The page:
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The long awaited report of the Chilcot Commission was made public on July 6th, after six years of investigation and testimony. The Commission had been strongly criticized for the lengthy delay. (Linda Bilmes spoke to the Chilcot Commission in 2012). However, the findings could not have been more devastating. The main finding of the report is that the invasion of Iraq in March 2003 was NOT NECESSARY .
Key conclusions | The Iraq Inquiry
- There was “no imminent threat from Saddam Hussein” in March 2003 and military action was “not a last resort”
- The UK “chose to join the invasion of Iraq before the peaceful options for disarmament had been exhausted”
- Tony Blair’s note to George Bush on July 28, 2002, saying UK would be with the US “whatever”, was the moment Britain was set on a path to war
- Judgements about the threat posed by Iraq’s WMD “were presented with a certainty that was not justified”
- Tony Blair told attorney general Lord Goldsmith Iraq had committed breaches of UN Security Council resolution 1441 without giving evidence to back up his claim
- Ministry of Defence was “slow” to react to clear need for better equipment and it was not clear whose job it was to do so
- Planning for post-war Iraq was “wholly inadequate”
- Blair government “failed to achieve its stated objectives”
- The legality of the war can only be decided by an international court
Read the executive summary here along with the statement of Sir John Chilcot:
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AND SEE THE GRAPHICS
Filed Under Latest News & Scandals | Comments Off on Bill Maher asks Joe Stiglitz about the $3 Trillion Dollar War (May 1, 2015)
Real Time with Bill Maher. Bill asks Joe about the $3 Trillion Dollar War and the opportunity cost of that money.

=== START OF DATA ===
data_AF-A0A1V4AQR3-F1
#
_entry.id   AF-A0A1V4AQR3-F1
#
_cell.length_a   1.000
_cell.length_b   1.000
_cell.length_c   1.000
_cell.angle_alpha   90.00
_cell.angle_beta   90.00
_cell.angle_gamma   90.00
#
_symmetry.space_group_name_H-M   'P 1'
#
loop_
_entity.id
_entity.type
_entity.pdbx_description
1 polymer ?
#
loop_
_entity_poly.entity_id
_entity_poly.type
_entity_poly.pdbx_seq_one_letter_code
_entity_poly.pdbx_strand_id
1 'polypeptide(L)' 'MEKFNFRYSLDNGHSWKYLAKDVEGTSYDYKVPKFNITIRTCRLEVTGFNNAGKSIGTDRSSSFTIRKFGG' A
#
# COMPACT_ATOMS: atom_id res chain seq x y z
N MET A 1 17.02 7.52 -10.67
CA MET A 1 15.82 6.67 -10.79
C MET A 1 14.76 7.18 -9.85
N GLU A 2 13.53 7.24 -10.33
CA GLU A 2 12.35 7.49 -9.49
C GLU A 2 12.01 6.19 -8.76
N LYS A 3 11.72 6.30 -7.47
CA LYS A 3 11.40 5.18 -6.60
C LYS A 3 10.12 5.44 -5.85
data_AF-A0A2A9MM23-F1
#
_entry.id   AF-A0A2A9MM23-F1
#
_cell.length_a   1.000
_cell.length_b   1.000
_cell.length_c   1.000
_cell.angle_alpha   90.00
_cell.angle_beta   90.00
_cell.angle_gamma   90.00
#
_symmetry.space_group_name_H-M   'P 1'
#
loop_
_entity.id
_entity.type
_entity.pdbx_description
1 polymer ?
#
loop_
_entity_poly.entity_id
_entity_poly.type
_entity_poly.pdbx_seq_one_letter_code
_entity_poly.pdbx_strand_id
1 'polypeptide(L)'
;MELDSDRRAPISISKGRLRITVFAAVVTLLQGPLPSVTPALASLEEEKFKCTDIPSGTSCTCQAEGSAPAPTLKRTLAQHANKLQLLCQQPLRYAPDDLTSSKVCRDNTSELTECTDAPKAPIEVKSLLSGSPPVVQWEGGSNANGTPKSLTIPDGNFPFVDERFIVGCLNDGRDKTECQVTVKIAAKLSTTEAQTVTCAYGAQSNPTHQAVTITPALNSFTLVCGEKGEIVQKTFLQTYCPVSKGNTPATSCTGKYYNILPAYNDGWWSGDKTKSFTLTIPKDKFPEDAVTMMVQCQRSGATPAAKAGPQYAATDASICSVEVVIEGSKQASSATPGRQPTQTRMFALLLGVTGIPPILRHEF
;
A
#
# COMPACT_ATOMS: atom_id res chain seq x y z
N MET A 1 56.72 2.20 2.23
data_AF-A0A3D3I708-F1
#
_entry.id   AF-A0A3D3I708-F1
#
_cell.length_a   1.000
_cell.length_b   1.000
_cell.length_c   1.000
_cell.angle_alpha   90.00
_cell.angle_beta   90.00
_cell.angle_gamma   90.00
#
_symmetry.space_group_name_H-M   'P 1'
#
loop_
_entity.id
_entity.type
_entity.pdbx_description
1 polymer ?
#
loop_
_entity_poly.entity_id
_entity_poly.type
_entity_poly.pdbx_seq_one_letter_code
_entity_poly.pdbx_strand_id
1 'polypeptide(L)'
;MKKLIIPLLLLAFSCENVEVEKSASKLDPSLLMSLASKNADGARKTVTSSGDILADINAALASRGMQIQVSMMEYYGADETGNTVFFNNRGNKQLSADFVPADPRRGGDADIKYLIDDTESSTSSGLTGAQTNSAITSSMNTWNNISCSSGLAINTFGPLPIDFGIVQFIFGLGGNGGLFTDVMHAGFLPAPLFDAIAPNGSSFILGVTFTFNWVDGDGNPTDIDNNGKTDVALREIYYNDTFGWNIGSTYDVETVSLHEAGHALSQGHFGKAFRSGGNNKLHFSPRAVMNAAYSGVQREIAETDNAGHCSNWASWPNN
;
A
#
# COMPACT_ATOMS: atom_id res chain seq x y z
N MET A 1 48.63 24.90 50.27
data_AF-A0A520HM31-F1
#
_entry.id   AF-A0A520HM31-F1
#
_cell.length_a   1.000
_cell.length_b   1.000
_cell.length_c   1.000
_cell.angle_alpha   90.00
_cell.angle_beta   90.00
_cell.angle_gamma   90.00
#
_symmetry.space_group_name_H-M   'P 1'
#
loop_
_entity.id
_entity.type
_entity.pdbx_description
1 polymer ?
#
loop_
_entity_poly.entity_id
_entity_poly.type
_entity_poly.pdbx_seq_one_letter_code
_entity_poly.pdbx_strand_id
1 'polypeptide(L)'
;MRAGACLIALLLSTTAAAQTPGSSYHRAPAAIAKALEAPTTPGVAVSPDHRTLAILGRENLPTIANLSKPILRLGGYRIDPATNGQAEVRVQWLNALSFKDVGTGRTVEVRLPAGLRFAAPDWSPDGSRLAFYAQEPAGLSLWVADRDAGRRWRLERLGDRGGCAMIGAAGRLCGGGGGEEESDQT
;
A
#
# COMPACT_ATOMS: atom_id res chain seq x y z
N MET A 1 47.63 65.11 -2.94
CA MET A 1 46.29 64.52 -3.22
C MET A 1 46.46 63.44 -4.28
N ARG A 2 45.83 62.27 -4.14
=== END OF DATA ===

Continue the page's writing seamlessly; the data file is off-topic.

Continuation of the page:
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What are we willing to sacrifice in war on ISIS?
The Boston Globe
Commentary by: Linda Bilmes
Topic: The costs of war
THIS WEEK Congress took up the president’s request to use military force against the Islamic State. The president’s draft would authorize a wide-ranging effort over three years, but prohibits “enduring” ground operations. It would replace the 2002 authority for military action against Iraq, but leave untouched the sweeping 2001 law, enacted by Congress in the immediate aftermath of the Sept. 11 attacks, to grant President George W. Bush permission to use “all necessary and appropriate force” against nations, organizations, or persons he deemed involved in the planning or carrying out of terrorist attacks.
Inevitably, the Obama proposal is bogged down in partisan bickering; Republicans claim it is too narrow and Democrats say it is too wide and vague. More than 14 years after 9/11, with trillions of dollars spent and thousands of lives lost in Iraq and Afghanistan, what is urgently needed, and what has been absent from the debate, is a serious discussion of the big issues: How much are we willing to commit in money, national effort, and American lives in an attempt to meet this current threat?